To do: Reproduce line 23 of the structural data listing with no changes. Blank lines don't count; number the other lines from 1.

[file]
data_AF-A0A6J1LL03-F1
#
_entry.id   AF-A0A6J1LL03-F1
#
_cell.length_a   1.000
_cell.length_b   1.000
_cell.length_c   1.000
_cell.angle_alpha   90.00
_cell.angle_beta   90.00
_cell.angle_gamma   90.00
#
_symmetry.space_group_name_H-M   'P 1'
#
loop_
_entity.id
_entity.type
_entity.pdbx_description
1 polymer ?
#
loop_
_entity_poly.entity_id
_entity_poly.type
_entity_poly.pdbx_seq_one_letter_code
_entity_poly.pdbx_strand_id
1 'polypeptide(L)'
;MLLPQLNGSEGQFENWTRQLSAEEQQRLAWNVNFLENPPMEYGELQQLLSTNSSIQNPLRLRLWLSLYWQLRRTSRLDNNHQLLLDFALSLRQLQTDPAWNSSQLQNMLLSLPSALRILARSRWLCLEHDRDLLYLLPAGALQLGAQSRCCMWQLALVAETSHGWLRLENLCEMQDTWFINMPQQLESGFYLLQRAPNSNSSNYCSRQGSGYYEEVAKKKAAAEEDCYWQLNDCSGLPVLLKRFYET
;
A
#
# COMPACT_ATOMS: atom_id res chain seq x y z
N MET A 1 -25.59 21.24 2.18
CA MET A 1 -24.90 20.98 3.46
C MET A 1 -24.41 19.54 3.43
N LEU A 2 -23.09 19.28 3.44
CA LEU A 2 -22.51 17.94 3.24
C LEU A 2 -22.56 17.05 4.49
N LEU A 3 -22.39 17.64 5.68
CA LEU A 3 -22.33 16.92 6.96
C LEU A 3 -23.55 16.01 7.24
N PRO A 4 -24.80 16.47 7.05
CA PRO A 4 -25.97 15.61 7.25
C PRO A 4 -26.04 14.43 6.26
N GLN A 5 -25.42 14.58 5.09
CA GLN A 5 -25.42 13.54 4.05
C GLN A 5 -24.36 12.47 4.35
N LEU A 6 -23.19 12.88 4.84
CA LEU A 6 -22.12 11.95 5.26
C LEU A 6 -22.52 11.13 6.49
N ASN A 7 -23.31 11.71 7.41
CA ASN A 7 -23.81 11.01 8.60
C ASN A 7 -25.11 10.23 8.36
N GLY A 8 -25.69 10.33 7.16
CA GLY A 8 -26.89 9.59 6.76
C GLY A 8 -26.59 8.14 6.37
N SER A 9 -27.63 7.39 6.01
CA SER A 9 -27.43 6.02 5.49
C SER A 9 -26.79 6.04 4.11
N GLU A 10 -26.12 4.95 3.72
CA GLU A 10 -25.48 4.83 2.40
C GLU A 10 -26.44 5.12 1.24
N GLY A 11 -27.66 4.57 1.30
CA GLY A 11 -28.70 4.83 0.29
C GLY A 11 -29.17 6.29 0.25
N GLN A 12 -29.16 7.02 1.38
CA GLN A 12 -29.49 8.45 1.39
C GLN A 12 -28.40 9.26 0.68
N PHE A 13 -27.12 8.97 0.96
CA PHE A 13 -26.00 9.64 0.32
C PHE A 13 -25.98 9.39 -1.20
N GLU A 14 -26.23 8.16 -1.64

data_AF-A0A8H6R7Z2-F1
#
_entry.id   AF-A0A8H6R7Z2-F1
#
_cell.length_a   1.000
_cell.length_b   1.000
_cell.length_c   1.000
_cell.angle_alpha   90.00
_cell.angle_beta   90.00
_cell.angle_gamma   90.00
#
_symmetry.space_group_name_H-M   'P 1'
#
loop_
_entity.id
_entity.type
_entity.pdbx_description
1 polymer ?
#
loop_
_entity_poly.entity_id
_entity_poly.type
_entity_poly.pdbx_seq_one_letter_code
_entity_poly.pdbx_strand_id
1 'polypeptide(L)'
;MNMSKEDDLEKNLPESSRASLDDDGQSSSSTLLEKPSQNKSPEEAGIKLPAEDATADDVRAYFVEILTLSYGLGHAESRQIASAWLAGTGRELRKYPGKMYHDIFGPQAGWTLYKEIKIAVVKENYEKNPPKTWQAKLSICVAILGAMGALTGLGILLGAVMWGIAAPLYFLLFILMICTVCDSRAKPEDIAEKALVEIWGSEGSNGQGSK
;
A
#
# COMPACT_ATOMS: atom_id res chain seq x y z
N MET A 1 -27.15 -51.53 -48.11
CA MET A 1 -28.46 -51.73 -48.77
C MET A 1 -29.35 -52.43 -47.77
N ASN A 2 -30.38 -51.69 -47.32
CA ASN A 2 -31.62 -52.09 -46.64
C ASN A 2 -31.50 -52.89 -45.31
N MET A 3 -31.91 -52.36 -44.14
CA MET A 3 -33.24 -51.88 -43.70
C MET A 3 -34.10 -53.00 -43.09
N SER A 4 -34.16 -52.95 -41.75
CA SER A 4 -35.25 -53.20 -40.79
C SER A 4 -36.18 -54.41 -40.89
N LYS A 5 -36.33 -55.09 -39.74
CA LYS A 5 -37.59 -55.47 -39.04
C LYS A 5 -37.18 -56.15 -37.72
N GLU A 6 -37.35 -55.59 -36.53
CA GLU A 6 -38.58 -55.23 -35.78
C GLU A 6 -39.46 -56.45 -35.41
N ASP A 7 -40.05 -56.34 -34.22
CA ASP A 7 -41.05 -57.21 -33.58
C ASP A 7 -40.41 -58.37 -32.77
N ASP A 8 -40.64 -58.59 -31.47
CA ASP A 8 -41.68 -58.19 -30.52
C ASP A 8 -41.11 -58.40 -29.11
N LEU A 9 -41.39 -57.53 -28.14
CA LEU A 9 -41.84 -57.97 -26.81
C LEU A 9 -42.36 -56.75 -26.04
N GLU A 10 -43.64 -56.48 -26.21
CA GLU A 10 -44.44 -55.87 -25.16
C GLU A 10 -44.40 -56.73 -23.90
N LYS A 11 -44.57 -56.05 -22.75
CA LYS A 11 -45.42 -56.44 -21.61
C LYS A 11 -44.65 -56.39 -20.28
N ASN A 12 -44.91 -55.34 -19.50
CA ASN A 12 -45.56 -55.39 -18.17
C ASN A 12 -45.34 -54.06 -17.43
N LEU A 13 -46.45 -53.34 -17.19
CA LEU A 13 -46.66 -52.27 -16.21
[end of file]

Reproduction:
_entity_poly.pdbx_seq_one_letter_code